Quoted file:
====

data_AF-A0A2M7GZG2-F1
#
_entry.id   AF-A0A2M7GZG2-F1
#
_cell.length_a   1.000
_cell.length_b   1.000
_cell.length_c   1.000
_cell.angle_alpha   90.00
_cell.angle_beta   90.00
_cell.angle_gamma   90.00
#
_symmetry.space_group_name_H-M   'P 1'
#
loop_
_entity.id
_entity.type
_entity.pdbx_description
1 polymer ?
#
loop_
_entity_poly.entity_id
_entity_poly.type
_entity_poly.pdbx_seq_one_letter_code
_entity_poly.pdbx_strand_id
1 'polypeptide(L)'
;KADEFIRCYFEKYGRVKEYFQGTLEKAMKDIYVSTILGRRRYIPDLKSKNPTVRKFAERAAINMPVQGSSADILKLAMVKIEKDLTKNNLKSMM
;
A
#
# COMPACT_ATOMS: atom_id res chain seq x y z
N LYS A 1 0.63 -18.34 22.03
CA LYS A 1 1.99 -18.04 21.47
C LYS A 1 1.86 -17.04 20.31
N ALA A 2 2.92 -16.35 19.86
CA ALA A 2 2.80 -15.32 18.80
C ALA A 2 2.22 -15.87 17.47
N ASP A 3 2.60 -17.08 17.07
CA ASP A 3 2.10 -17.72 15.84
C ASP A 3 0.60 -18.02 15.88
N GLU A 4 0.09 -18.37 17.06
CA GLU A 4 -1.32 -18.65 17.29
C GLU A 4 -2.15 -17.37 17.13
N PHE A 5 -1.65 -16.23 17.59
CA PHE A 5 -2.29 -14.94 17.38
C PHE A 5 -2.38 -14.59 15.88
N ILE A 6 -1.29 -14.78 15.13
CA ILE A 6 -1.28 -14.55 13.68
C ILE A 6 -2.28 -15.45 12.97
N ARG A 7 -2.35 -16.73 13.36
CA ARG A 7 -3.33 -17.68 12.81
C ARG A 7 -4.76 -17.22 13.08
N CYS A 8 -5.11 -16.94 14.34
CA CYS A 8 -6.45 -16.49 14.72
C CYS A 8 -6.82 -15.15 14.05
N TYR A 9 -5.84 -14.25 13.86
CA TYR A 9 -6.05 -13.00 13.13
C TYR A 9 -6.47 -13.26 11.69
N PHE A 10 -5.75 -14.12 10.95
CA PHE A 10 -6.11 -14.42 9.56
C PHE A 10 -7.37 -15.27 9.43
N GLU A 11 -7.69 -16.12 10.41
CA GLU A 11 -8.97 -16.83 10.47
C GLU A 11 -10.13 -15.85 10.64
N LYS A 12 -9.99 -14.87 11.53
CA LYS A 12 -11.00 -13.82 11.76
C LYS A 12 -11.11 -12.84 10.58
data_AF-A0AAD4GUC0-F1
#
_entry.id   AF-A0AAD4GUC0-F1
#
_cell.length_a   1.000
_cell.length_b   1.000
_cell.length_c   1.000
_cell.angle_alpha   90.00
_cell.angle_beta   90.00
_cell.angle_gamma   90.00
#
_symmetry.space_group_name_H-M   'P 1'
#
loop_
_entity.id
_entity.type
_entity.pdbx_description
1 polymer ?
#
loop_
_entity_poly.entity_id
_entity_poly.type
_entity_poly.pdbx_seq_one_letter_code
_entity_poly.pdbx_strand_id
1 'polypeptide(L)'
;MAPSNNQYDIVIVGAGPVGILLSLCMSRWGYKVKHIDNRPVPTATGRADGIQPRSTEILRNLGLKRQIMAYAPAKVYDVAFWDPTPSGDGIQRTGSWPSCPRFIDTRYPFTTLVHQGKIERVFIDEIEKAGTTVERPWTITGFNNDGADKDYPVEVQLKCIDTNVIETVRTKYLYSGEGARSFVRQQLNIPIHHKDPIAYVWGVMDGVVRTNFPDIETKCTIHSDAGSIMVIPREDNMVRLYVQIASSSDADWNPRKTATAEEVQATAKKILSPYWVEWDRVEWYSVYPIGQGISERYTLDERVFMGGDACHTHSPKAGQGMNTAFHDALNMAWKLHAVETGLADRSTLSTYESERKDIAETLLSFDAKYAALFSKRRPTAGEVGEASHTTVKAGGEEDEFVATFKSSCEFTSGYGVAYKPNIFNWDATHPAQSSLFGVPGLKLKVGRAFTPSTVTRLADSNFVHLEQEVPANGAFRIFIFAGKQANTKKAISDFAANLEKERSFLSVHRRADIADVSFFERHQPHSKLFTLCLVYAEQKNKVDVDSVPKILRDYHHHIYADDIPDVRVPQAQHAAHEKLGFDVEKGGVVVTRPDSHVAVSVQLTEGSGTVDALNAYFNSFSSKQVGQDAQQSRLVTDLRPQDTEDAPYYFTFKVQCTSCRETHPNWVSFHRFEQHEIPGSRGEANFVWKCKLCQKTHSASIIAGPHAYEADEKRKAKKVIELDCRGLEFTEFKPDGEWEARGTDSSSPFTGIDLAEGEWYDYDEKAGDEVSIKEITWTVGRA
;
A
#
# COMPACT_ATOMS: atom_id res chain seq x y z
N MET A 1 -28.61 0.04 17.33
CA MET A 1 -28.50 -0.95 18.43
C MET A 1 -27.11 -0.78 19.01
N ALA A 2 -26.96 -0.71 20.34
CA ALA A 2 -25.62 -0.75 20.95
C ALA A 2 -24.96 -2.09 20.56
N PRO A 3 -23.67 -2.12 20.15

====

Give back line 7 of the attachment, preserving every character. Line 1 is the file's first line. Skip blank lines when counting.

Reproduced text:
_cell.length_c   1.000